Almost as schlocky as the original, but not nearly as fun, the remake of Kickboxer reimagines the low-budget martial arts cheesefest that cemented Jean-Claude Van Damme as a sort-of-star as a vehicle for Alain Moussi, a high-kicking loaf of white bread with the screen presence one would expect from Jai Courtney’s stunt double. As before, an American kickboxer named Kurt Sloane (Moussi) travels to Thailand to watch his brother fight muay thai champion Tong Po (Dave Bautista, wearing a hairpiece best described as “mop plugs”). In an attempt to simplify the plot of the original, which was already dumber than a bag of rocks, said brother is killed in the ring instead of being paralyzed, leading this police sketch of a hero to seek out Durand (Van Damme, at this point too good of an actor for this material), a fedora-wearing martial arts master who prepares him for the inevitable match against Tong Po through a strict training regimen of underwater bicycling and bar fights.
Directed by puka-shell-necklace B-movie specialist John Stockwell (Blue Crush, Into The Blue) with his usual eye for sweat-glistened hardbodies, Kickboxer: Vengeance attempts a slicker version of the original’s underlying formula of impressive kicks and godawful line readings. There’s always been a place for bad movies in entertainment, and Vengeance has its share of enjoyably crappy moments, be it an unmotivated monologue about The Godfather, a fight atop two motionless and very clearly fake elephants, or something as elemental as a cut to a child actor shrilly yelling, “Coconut time!” It’s not a question of being in on the joke, because there isn’t one; Stockwell and his team are trying to replicate the perceived awesomeness of the first Kickboxer, and little here suggests that they could actually make a better movie than this one. It’s about as authentic as an exercise in intentionally cheesy filmmaking can get nowadays: Moussi is a legitimately and joylessly bad actor; Bautista really is too big and lumbering to play a muay thai fighter; the digital effects are really this bad.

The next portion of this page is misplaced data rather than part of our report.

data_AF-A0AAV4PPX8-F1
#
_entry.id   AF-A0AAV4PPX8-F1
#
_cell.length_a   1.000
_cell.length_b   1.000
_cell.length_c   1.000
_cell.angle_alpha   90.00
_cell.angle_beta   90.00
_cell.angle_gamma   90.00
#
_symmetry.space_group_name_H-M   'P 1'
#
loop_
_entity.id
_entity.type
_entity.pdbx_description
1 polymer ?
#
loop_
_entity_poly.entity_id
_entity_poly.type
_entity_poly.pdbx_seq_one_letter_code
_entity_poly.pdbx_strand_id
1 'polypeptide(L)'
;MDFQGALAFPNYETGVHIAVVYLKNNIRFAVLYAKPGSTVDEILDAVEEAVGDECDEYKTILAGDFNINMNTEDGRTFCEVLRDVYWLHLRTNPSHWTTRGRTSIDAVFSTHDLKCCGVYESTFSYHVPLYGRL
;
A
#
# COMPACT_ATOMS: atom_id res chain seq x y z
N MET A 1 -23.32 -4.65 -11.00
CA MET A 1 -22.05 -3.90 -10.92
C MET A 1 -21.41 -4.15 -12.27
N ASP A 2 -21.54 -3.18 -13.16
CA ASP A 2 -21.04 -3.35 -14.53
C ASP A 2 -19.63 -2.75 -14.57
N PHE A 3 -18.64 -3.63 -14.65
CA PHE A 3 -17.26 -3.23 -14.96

None of it, however, comes within spitting distance of the original’s highs, like its dance sequence, so awkwardly staged and poorly directed that it actually becomes charming. Even though Van Damme—who would develop substantially as an actor once most of his movies started going direct-to-video—was no one’s idea of a thespian in his Kickboxer days, he at least had pretty-boy looks and a sort of goofy Chippendale dancer charisma to lean on. Moussi, a veteran fight coordinator, has a range of motion that often overcomes Stockwell’s indifferent framing of the fight scenes, but he lacks even the acting ability necessary to camp up a scene. A bland beefcake who can throw and take convincing punches, he’s too much of a void to allow Vengeance’s diverting silliness (of which it has plenty) to become infectious.